Anxious to avoid a no-deal Brexit, and desperate to avoid the blame for causing one, both Boris Johnson and the institutions of the EU have stepped back from the brink.
Johnson has been forced to send off a request for an extension to Article 50. And his proposed withdrawal agreement has crossed lines he previously refused to cross. At the same time, the 27 countries of the EU amended the withdrawal agreement, despite months of claiming it was impossible to do so.
If the Tory toff Johnson, with a parliamentary majority of minus 43, can force concessions from the EU, imagine what a Corbyn-led government could achieve if it negotiated on an entirely different basis - demanding not a weakening of workers' rights but their strengthening; insisting on the abolition of laws that attempt to prohibit nationalisation and state aid, and undermine trade union and workers' rights!
It would then be possible to appeal for solidarity from workers across the EU. Millions of them, like the French transport workers striking against Macron's neo-liberal pension reform, are angry about the same issues as workers in Britain and would be inspired by such a call.
The concessions Johnson has won, of course, are not in favour of working-class people but of the Tory right's dream of an ultra-Thatcherite Britain with even fewer workers' rights than today.
Hence the removal from the legally-binding withdrawal agreement of the reference to a 'level playing field' on workers' rights and environmental standards. In order to satisfy the Tory hard right, the reference to being 'aligned' to the EU has also been removed and replaced with 'a future free trade agreement'.
Johnson's deal is not quite, therefore, May's deal in a blond wig, but many of its central tenets remain the same. The other substantial change, however, is on the question of Northern Ireland.
May's backstop has been replaced by a situation where Northern Ireland remains aligned to the EU from the end of the transition period for at least four years. This effectively puts a border in the Irish Sea, a situation which May had said no British prime minister could allow.
All of the supposed 'solutions' put forward by capitalist politicians to the question of Brexit and the Irish border would aggravate sectarian tensions - pointing to the inability of capitalism to solve the national question in Ireland.
Nonetheless, it is a sign of Johnson's extreme lightmindedness that he has done an abrupt u-turn on the issue, not knowing or caring about the potential for it to result in increased conflict in Northern Ireland.
The weaknesses of Johnson's deal make it unattractive to the pro-remain, pro-capitalist politicians. For the British capitalist class and their political representatives, however, there are no good options. They want to avoid a no-deal Brexit, and to remain as closely aligned to the EU as possible.
The EU granting an extension in itself, however, solves nothing. It just kicks the can a little way down the road.
The threat of a no-deal crash is only removed by agreeing a deal. It is possible, therefore, that despite the opposition of the DUP, a version of the current deal could scrape through.
Even if this were to happen, however, the situation would remain crisis-ridden for British capitalism. Negotiations on a future trading relationship would just be beginning, led by a minority government which is unable to govern. A general election would still be inherent in the situation.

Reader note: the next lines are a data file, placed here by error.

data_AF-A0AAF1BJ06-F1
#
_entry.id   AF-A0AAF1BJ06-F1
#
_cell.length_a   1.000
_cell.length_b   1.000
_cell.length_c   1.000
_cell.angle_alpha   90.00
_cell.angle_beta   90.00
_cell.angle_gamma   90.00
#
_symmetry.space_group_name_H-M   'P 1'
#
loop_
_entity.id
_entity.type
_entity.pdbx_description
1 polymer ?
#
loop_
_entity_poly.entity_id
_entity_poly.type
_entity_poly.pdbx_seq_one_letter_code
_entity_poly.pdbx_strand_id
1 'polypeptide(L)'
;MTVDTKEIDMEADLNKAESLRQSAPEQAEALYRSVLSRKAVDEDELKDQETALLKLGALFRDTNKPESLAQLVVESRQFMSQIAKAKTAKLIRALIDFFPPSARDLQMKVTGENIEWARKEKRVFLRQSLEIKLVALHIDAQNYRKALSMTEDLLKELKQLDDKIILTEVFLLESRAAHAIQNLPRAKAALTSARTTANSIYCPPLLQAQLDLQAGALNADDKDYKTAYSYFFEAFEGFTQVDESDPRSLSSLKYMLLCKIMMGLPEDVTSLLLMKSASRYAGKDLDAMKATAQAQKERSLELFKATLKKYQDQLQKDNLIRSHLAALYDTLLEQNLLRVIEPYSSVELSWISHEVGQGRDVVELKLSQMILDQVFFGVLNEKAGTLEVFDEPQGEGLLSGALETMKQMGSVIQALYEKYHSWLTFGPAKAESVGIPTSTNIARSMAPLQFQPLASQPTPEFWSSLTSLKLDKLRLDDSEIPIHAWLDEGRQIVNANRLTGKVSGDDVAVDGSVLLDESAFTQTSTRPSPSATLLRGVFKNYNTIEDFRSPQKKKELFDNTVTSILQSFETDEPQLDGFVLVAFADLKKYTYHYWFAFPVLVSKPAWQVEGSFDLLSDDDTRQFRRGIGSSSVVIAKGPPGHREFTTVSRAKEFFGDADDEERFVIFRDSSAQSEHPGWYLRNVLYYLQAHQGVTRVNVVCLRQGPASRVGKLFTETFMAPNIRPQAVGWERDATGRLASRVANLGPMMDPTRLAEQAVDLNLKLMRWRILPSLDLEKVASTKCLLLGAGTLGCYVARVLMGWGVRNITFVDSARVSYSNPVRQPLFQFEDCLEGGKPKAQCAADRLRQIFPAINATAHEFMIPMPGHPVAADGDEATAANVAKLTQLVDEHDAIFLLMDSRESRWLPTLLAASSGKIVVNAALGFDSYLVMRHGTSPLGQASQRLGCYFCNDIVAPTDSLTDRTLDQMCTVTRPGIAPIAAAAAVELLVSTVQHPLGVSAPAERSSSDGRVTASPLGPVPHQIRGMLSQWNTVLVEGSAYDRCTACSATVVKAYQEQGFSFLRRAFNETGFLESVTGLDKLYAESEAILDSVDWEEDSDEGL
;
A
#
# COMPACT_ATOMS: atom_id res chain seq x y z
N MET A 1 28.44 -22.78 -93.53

The majority of the capitalist class are also desperate to avoid a Jeremy Corbyn-led government. They fear that such a government could be pushed from below to implement a socialist programme that threatened their rule. Therefore, pro-capitalist politicians from every party, including Labour, are working to try to avoid a general election and, in particular, a Corbyn victory.
Mistakenly, Corbyn and the Labour left have been sucked into parliamentary manoeuvres at the expense of a clear campaign for a general election. The workers' movement now needs to fight remorselessly for an immediate general election and for the election of a Corbyn-led government on a socialist programme.
Such a campaign could cut across division, by bringing common class interests to the fore. In doing so, it would also assist the workers' movement in Northern Ireland in its fight for workers' unity and against the sectarianism Johnson so lightly fuels.
It could also cut across division in Britain. While parliament was meeting on Saturday hundreds of thousands of protestors took to the streets to demand a new 'peoples' vote' on EU membership.
Many of the platform speakers - such as Jo Swinson who served in the vicious anti-working class ConDem government, and Tory grandee Michael Heseltine - are completely opposed to the interests of the working class. Many of the working and middle-class protestors, however, were motivated by anger at Boris Johnson and his ilk.
A mass workers' movement campaign for a real 'peoples' vote' - a general election - could win the support of many of those protestors.
Jeremy Corbyn and the Labour affiliated unions are pushing for a confirmatory referendum on a deal. However, in order to speak to the millions of workers who voted leave - creating unity and not division - it would have to be combined with a pledge to negotiate a Brexit deal in the interests of the working class, and to argue for such a deal in any referendum.
Far more important for creating a united movement to get the Tories out, however, would be fighting on a socialist programme that offered a real alternative to austerity: decent public services, mass council house building, free education, a living wage and more.